THE Catholic Church is viewed as bigoted, misogynistic, controlling, judgmental, outdated and hypocritical — by many of its own supporters and devotees.
That's according to a report drawn up by the bishops of England and Wales and newly published by Cardinal Vincent Nichols.
Commissioned in December of last year, The Call, the Mission and the Journey invited parishes to reflect on the theme of the Church and the family.
The report has now been published ahead of next month’s special Synod of Bishops called by Pope Francis to discuss the family, alongside issues such as divorce and homosexuality.
The findings of the report are drawn from some 2,000 respondents across 16 dioceses in England and Wales.
While much of the opinion from the dioceses was constructive, there were severe criticisms too.
One recurrent bugbear was the denial of communion to divorced and remarried Catholics. "I believe it is important for our bishops to know that marriage is not always a ‘gift’ and that Church teaching on marriage has led to untold misery for many couples and has had lifelong, detrimental impact on the mental, physical and spiritual health of their children,” one respondent wrote.
Another voice said: “People who do not fit in the ‘ideal’ family unit should still be made to feel valued and worthwhile members of the church.”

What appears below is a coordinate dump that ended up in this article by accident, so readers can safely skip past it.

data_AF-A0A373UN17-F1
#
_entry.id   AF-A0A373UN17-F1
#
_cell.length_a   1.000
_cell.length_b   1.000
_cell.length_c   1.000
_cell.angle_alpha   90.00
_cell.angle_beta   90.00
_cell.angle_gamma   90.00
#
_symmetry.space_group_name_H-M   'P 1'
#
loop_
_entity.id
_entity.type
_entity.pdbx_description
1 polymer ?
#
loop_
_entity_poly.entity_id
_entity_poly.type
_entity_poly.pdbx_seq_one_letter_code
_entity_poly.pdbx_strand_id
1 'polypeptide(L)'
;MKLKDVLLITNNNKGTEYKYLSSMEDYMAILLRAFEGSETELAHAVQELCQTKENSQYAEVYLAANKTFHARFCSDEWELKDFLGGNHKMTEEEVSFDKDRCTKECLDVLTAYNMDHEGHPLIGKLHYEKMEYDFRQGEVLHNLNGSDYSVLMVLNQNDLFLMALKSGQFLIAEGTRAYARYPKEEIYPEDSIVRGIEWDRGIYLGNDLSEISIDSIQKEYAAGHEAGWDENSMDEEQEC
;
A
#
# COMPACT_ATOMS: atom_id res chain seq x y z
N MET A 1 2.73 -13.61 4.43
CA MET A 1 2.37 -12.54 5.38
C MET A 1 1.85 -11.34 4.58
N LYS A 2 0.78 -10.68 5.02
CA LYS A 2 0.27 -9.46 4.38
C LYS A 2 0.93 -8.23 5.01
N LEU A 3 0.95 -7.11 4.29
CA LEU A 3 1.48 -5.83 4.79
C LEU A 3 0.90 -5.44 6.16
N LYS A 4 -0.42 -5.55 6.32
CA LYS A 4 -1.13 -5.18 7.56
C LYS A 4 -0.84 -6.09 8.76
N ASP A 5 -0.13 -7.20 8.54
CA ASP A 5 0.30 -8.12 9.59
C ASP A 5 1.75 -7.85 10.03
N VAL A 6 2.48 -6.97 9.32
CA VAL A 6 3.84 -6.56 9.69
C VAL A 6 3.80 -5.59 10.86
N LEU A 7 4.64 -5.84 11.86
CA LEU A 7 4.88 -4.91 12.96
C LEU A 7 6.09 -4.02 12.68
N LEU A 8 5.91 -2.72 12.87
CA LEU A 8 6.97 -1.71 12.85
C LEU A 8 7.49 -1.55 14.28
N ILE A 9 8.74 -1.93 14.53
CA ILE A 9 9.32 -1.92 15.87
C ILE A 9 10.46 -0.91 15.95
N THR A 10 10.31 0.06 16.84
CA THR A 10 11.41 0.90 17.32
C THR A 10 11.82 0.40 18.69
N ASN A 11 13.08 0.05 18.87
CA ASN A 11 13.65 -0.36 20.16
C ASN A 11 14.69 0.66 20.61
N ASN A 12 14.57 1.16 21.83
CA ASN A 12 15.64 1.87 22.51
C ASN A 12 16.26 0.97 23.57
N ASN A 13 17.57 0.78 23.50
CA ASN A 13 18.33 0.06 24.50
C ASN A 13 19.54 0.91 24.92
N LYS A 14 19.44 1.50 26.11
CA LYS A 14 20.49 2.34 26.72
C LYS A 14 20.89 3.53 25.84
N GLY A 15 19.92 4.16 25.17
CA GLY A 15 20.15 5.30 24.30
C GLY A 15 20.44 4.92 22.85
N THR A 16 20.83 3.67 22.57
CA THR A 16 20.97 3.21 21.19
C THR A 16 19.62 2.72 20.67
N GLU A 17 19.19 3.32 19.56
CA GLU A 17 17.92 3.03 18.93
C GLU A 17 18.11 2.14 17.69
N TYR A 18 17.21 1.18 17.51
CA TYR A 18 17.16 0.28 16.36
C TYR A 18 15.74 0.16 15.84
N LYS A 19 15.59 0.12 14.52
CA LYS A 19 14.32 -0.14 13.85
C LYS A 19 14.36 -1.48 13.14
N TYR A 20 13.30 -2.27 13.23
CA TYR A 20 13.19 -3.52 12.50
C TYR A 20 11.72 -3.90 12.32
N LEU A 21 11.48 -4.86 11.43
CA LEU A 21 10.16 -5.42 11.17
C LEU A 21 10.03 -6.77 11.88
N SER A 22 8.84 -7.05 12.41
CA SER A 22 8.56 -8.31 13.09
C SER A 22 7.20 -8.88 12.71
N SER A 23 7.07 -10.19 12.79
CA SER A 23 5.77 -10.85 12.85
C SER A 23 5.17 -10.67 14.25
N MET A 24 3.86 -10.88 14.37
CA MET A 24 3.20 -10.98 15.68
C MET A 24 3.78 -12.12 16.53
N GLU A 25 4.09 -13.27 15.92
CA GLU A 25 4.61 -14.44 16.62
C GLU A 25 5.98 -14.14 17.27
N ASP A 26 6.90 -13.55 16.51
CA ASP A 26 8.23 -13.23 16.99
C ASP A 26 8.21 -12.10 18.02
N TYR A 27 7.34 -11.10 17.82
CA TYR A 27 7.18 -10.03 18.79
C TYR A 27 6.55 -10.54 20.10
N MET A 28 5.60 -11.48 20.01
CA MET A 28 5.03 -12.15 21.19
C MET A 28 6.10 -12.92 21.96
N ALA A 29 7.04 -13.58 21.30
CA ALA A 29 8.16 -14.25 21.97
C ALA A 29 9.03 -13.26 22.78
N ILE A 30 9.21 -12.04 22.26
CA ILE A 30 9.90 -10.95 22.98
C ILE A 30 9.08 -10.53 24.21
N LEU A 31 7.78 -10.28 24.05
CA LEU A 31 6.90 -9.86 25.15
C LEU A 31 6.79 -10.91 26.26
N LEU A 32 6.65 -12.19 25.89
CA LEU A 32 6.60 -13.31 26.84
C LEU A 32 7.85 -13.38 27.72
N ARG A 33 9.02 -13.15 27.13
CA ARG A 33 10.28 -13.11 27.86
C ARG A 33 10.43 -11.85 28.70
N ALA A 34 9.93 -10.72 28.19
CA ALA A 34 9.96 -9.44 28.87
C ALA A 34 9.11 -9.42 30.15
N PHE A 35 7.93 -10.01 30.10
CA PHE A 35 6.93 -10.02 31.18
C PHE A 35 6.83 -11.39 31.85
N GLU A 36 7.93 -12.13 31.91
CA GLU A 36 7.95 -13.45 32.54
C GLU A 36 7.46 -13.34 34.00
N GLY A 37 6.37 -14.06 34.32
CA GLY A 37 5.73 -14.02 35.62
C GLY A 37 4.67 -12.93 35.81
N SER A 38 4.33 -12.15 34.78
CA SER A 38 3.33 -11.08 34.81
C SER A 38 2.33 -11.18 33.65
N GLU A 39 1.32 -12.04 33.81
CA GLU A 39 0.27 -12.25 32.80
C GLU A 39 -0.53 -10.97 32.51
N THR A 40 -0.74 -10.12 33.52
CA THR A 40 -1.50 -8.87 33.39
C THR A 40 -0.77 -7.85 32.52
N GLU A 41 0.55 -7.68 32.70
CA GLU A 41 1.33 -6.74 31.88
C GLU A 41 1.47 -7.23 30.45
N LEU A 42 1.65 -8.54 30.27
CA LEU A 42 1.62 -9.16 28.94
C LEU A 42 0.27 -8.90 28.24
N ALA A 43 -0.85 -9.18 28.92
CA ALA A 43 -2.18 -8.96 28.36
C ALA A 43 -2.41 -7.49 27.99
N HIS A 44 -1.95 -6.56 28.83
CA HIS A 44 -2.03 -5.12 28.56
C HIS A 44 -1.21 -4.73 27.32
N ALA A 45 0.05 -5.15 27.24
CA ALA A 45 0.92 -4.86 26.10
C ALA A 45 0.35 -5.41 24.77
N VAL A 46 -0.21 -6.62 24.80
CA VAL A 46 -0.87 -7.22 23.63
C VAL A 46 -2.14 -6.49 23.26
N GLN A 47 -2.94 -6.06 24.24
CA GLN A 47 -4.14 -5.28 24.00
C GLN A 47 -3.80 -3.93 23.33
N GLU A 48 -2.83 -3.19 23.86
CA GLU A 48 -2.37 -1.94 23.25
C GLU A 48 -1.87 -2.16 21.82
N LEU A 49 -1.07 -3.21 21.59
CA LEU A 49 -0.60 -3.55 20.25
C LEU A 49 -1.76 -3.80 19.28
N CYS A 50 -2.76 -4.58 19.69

When respondents were asked if they might pass their faith onto their children, one wrote: “We are ashamed of our faith – so misogynistic, controlling, self-opinionated."
One person echoed what many in the Catholic community feel: “The Church’s treatment of women has alienated my wife from church attendance," while another said: “How can it be right for people living with HIV/Aids not to use condoms? .... How can it be right for divorced and remarried people to be refused Communion? How can the Catholic Church's view on the evil of homosexual, cohabitation be right?
“Thank God for the secular world which has blown in to the murky corridors of the Vatican.”
The cardinal’s report also touches on the problem of hypocrisy within what is one of the oldest — and richest — organisations in the world.
The public’s perception was often of a Church hiding internal corruption — while at the same time displaying huge riches in the face of international poverty.
Cardinal Nichols said of the report: “Consultations like this are not PR exercises – it’s not about wanting to put in front of you something that says how good we all are – this is a church of sinners, we make a mess of things, it is messy.”